Journalling Through a Time of Corona 3

 

One great thing about writing is that even if we are physically stuck in one place, our writing is not in lockdown. Although in recent days, the Foreign Office has warned against holidaying abroad, we can still travel with our pens. This week’s journalling suggestions focus on writing about place. 

Before we set off, it can be good to settle ourselves down in the here and now. One way of warming up is to put words to what our senses are experiencing. Our senses are a rich resource for vivid writing. 

Sensory Check-in 

Complete this short list of what you are sensing right now:

1 Something I can see

2 Something I can hear

3 Something I can touch

4 Something I can smell now or have smelt today

5 Something I can taste right now, or have enjoyed today.

This list can itself be a prompt for further writing. It is also adaptable. You could focus on different aspects of one sense e.g. something I can hear now, heard yesterday, would like to hear, a favourite sound a sound I can’t stand, etc. 

Once our focus is grounded where we are, we are ready to roam.

 

First House 

Our first journey is back in time to the first house we remember living in as a child. If that home is not a place you want to return to, choose somewhere else from early childhood – a grandparent’s or friend’s house, perhaps, or maybe your first school.

Write about it, drawing on all your senses. Write in the present tense to make this writing even more immediate. What is this house like? What is there? How does the light fall? What can you hear? Do you have a favourite room or hidey-hole? 

Are you aware of any sensations arising as you write? Include how it feels in your body to be in this house. Write through your childhood eyes. Be aware of your size in relation to the furniture, of what you can and can’t see. 

Don’t worry about not knowing everything. As you write, you are likely to find that memories surface. These are part of your inner storehouse of experiences that writing can access, and they are unique to you. If, like me, you’ve revisited a childhood home years later, you’ll know that it is is never quite the same. Houses and neighbourhoods change, as do you. But inside you the original experiences is preserved.

Poet Philip Larkin wrote that one quality of being older is ‘having lighted rooms inside your head/ and people in them acting.’ What lighted rooms do you carry in your head?

Re-read what you have written and add a few sentences about insights and feelings you notice from re-evoking that place and time in your life.

 

Letter to a Missed Place 

The second exercise focusses on a place where we are not, but would like to be. Think about a place you are currently missing, where you look forward to being after this time of lockdown.  It may be a favourite haunt. It may be a new place you had arranged to go on a long-anticipated trip, but have had to defer your plans.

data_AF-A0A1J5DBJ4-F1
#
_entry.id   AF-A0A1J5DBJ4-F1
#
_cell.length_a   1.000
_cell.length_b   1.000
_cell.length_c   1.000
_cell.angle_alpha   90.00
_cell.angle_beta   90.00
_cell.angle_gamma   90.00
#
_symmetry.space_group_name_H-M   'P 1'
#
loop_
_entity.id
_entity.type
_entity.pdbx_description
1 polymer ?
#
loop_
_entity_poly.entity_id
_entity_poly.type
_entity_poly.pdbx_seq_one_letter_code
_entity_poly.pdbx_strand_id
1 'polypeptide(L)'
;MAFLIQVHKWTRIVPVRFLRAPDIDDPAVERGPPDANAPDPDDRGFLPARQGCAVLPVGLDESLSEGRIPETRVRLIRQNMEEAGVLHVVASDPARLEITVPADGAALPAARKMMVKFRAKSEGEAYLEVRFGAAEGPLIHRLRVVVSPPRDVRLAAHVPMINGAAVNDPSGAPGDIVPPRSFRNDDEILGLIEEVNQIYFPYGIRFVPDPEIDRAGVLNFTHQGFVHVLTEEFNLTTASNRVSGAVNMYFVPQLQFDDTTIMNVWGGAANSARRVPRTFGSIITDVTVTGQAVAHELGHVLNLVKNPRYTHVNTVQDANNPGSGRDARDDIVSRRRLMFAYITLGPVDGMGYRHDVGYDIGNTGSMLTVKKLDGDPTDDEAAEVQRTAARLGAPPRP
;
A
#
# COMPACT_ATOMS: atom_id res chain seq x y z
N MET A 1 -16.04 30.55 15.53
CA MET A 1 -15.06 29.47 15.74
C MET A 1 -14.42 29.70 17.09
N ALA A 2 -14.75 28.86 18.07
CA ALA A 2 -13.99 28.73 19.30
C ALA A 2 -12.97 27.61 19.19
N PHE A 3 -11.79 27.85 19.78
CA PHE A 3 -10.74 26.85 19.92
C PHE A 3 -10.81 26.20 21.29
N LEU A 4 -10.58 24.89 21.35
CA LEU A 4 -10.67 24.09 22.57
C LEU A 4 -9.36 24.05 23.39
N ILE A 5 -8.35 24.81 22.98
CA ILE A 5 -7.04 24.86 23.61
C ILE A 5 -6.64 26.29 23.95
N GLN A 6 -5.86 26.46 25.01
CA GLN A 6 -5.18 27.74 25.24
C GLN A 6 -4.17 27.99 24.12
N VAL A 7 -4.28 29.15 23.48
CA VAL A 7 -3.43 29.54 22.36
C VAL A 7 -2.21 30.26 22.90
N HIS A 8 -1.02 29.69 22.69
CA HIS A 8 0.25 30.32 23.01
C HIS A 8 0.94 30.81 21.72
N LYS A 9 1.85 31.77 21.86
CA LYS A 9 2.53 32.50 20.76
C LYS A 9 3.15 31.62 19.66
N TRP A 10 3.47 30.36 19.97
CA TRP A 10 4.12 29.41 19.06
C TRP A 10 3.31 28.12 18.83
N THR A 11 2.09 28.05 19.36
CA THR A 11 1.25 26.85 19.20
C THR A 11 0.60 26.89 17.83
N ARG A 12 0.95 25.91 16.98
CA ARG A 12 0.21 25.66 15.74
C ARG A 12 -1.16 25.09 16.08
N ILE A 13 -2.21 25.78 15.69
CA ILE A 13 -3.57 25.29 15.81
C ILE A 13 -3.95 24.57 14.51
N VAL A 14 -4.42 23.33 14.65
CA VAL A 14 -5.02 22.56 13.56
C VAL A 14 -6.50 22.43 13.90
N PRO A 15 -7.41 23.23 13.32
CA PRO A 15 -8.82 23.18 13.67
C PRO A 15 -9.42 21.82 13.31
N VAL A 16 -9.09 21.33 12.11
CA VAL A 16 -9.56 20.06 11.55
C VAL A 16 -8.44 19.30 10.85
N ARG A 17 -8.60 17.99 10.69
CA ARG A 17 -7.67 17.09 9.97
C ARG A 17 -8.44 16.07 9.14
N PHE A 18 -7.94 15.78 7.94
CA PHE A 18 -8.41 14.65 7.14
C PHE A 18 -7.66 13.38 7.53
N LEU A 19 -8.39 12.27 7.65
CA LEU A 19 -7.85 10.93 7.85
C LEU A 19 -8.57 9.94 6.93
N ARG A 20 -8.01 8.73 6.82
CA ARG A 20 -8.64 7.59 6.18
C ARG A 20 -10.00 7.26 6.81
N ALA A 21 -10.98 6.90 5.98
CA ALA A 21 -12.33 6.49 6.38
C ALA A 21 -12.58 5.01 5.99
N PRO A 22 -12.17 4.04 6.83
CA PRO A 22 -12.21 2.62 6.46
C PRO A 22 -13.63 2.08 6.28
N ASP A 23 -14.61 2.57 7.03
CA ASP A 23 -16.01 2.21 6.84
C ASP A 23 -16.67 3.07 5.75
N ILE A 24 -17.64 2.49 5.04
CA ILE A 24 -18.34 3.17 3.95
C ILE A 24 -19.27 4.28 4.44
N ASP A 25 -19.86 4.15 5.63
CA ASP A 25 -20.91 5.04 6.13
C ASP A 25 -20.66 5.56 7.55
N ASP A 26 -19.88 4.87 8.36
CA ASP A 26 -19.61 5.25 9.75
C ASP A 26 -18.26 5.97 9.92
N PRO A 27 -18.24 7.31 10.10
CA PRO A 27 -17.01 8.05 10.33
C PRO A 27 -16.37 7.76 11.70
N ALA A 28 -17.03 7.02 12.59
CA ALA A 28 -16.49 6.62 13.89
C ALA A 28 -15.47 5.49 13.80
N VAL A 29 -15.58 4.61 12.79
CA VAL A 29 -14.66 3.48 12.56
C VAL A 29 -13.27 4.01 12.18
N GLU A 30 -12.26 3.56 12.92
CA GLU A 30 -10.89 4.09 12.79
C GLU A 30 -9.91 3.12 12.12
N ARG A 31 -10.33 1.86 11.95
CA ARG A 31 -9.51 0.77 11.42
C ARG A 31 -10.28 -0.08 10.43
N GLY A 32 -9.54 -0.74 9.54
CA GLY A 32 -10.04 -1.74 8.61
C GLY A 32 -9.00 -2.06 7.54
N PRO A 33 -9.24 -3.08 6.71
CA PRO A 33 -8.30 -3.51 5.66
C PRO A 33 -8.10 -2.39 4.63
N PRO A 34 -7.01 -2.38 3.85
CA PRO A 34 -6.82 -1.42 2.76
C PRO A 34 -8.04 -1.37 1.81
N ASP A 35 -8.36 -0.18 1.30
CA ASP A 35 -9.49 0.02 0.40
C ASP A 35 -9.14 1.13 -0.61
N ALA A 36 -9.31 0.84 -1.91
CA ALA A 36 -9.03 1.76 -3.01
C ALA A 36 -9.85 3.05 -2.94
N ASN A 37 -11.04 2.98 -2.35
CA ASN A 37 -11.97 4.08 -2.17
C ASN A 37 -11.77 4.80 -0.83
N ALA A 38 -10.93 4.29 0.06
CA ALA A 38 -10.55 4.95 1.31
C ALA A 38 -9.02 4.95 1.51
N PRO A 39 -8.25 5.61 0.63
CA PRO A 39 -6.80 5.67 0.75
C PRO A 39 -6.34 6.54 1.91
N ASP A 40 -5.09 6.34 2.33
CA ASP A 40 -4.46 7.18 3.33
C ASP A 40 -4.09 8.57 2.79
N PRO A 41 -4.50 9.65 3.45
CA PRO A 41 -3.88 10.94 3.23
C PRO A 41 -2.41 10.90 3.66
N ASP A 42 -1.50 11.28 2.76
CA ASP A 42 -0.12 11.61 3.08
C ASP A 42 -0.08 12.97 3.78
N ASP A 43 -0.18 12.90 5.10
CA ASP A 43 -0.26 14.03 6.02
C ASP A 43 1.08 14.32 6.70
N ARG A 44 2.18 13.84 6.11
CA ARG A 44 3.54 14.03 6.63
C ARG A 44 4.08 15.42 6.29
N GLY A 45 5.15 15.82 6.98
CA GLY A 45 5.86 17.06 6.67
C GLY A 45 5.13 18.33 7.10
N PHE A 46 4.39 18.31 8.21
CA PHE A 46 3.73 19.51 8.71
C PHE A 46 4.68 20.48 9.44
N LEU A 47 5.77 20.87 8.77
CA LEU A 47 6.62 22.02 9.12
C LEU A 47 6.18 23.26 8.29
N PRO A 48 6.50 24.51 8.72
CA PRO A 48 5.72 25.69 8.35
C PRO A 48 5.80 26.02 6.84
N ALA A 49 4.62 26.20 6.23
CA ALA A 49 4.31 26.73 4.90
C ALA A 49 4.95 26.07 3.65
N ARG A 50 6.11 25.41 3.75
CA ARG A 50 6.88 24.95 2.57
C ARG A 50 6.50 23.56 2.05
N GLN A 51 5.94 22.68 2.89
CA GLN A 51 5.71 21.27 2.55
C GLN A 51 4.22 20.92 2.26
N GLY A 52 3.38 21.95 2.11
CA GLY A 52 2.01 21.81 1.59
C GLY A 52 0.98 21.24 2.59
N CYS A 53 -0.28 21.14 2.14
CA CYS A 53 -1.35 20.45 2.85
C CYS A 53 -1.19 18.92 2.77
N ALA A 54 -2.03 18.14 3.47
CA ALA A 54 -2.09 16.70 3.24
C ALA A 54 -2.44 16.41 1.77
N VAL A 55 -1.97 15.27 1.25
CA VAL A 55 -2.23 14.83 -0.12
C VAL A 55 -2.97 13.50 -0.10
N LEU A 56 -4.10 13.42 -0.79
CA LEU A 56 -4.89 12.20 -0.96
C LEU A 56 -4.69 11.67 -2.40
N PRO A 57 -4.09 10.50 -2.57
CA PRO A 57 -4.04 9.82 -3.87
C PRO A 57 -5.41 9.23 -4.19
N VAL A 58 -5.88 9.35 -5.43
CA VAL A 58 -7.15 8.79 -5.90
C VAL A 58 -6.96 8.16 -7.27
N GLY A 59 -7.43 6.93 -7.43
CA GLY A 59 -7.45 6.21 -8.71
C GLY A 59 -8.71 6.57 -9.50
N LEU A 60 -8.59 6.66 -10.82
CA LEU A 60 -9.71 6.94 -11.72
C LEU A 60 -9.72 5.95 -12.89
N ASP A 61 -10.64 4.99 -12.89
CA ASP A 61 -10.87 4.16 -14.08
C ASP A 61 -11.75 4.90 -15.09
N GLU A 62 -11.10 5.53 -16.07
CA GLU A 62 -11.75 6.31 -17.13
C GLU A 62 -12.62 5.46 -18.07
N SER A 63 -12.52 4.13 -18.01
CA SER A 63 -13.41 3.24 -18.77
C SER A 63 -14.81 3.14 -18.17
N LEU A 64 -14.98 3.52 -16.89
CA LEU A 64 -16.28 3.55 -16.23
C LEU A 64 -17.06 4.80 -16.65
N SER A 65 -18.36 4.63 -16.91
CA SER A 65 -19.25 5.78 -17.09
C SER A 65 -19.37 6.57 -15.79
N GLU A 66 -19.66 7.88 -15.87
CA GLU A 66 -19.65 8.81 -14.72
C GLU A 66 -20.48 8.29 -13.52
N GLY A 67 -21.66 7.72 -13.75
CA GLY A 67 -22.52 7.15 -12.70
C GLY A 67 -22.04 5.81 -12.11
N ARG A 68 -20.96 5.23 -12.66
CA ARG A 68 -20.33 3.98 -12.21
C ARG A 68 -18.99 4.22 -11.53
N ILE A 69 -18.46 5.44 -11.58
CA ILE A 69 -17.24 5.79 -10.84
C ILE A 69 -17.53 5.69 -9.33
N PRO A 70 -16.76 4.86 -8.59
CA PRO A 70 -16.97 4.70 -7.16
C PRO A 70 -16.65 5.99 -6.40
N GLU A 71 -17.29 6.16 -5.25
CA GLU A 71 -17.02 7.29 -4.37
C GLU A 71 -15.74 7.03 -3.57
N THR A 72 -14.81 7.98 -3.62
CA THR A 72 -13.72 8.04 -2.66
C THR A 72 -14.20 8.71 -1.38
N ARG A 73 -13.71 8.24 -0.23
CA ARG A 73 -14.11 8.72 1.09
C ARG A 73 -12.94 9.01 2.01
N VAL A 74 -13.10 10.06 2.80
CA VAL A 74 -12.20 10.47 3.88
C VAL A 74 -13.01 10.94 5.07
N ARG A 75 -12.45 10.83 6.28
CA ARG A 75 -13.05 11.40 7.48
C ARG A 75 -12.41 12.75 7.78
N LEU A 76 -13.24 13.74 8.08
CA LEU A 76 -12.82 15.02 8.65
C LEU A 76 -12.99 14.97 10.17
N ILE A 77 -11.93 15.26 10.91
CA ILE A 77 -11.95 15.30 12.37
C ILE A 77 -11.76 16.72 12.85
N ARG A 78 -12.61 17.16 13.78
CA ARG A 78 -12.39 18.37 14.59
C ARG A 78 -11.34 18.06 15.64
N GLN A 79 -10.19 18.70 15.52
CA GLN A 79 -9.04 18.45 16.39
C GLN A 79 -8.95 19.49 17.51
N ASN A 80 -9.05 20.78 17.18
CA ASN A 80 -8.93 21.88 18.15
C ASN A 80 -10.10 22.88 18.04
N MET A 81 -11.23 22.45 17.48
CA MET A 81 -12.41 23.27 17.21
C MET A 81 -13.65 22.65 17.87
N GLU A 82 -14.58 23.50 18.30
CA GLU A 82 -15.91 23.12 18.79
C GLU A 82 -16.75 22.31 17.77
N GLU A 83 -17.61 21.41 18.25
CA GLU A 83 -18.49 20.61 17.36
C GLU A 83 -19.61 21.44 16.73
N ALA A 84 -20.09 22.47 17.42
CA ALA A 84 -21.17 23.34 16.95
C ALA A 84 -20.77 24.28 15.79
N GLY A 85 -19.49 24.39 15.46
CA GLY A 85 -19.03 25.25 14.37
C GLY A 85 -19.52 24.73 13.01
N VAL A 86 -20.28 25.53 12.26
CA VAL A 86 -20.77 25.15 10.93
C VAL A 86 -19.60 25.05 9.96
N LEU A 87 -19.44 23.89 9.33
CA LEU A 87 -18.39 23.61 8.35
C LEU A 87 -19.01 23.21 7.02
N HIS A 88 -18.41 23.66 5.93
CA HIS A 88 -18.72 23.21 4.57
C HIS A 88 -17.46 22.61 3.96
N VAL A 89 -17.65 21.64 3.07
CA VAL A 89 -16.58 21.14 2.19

Once you’ve called that place to mind, write a letter to it. What are you missing about it? Why do you want to go there? Tell this place how you feel, recalling how your senses experienced it when you were there if you’ve been before. Or use a bit of sensing imagination for a place that you have yet to visit. What’s attracting you to that place? What do you imagine it will look, sound and feel like? Explore your relationship with this to-be-visited place. What does it mean to you? 

Tell your place about your intentions, and end with your promise to be there when you can.

Take some moments to reflect on any insights and feelings that have emerged from your writing. Express these in a few sentences.

You could put this letter aside and take it with you or re-read when you do come to visit this significant place. How will the reality match what you have written about today? That could be something else to write about when it happens.

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  • About Julia

    Julia

    From writing stories for my younger brother, to penning poems for the School Magazine and filling a growing pile of personal journals, the written word has always been part of my life’s journey.

    I started out as an English Teacher and subsequently retrained as a Counsellor. I have counselled in a GP Surgery and worked with various Employee Assistance Schemes and Charitable Trusts alongside seeing private clients.

    Although I have done some freelance journalism and written four non-fiction books, creative writing has become my main focus in recent years.

    My poems have appeared online on sites including Amaryllis, Silver Birch Press, Clear Poetry, Spilling Cocoa Over Martin Amis, Riggwelter and Ink,Sweat and Tears. I have been published in Curlew and Bucks Mill Magazine, and anthologised in Our Hearts Still Sing. My first poetry collection, Chester City Walls, came out in 2015.

    Read more about Julia
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